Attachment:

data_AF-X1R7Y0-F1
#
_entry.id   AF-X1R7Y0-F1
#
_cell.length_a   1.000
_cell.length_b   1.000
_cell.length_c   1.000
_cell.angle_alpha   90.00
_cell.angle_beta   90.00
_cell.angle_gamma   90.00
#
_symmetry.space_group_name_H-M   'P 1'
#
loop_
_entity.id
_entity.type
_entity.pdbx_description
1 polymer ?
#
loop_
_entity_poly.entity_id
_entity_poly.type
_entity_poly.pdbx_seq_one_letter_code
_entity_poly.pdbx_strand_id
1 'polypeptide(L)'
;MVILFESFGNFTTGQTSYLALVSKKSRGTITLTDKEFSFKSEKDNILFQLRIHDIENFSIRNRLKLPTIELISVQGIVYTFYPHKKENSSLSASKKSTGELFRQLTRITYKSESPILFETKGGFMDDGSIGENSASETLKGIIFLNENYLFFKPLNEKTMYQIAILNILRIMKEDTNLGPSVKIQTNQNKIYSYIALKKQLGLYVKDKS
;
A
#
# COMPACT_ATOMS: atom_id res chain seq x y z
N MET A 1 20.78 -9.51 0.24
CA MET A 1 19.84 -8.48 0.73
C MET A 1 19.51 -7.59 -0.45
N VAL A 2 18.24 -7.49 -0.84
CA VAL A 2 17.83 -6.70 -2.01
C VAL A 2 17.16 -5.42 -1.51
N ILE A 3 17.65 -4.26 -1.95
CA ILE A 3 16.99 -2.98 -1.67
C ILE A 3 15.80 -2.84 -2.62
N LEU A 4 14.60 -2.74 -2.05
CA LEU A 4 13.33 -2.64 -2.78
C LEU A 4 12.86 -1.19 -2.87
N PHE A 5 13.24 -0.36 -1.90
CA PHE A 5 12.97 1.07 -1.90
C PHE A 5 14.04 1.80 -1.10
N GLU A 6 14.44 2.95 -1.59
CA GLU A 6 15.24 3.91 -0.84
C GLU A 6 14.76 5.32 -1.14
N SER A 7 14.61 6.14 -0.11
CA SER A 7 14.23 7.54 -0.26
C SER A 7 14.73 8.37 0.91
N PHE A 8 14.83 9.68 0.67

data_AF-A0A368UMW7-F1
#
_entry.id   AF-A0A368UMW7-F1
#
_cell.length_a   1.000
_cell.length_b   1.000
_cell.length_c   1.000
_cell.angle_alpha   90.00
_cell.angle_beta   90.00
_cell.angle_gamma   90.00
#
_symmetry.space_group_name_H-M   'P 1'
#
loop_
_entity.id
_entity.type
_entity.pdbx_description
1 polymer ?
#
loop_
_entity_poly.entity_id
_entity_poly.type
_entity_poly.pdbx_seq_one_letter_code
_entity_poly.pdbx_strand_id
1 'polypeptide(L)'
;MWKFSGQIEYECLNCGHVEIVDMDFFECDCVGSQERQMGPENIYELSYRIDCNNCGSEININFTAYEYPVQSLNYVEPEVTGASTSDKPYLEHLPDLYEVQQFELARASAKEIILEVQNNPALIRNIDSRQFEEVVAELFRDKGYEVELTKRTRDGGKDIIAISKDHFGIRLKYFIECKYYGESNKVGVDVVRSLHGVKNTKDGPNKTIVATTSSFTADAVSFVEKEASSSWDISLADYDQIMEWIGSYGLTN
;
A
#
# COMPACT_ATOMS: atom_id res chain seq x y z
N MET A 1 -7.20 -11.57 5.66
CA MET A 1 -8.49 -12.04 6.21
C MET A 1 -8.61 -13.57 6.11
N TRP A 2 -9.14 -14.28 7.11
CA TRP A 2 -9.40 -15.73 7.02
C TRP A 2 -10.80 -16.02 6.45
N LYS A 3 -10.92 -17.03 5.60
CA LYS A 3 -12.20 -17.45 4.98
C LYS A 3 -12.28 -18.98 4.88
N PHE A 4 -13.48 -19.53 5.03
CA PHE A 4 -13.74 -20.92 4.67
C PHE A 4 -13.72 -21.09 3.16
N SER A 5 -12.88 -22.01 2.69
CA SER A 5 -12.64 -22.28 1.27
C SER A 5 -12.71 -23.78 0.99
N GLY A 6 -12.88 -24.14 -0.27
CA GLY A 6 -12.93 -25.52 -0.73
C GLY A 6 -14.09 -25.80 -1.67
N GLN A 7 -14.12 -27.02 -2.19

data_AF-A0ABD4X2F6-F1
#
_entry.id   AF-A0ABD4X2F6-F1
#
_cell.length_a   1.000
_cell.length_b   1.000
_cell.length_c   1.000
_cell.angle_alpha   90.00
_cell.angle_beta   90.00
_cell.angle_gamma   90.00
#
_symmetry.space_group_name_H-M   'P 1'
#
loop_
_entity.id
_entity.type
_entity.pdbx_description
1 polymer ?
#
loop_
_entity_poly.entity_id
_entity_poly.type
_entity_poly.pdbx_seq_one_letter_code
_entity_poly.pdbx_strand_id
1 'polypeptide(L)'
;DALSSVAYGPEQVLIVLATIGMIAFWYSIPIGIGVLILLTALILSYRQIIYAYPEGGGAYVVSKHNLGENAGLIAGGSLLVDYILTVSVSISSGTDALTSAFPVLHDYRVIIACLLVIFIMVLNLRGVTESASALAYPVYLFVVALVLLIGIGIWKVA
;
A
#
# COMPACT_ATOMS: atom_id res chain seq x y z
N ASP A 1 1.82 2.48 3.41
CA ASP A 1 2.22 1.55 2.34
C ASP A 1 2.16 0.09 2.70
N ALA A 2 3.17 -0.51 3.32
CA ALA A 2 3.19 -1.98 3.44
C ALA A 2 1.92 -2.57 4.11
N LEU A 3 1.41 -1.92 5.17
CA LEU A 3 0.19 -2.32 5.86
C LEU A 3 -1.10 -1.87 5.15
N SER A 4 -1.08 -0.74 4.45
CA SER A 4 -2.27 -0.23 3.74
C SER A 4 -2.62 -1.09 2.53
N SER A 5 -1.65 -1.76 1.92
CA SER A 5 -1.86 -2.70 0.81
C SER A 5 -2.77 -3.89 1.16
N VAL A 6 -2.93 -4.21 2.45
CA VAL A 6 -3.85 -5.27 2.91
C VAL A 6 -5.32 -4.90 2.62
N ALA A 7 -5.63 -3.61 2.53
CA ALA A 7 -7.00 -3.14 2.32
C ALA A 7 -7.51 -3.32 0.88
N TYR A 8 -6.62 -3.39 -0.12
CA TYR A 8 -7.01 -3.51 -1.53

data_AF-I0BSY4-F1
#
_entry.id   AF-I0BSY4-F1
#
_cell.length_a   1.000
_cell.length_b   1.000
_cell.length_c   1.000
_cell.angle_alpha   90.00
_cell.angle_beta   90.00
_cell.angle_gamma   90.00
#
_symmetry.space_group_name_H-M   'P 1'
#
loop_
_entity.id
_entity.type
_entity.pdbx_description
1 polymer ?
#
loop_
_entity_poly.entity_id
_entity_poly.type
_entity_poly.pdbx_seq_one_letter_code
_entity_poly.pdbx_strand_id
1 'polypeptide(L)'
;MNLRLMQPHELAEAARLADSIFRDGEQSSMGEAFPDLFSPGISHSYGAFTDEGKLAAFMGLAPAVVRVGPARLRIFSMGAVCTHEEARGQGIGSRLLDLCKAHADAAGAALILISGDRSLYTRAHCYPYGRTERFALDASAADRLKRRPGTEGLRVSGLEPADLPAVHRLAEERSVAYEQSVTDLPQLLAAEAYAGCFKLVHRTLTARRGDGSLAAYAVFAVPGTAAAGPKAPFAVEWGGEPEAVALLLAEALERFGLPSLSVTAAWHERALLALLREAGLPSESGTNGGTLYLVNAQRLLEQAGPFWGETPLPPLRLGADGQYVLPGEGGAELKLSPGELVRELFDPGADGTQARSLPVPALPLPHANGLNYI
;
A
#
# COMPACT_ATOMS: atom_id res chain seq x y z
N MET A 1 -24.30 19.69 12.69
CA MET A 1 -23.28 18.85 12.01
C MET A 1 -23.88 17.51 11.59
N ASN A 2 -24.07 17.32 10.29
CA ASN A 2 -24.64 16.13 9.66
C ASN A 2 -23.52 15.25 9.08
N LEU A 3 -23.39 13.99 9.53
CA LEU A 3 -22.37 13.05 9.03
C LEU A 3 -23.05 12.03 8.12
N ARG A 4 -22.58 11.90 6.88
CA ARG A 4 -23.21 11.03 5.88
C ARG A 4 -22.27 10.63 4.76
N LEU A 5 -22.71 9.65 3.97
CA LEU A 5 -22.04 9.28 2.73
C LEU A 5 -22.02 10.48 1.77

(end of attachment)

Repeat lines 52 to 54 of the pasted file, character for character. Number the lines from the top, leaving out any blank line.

N PHE A 8 14.83 9.68 0.67

data_AF-A0A368UMW7-F1
#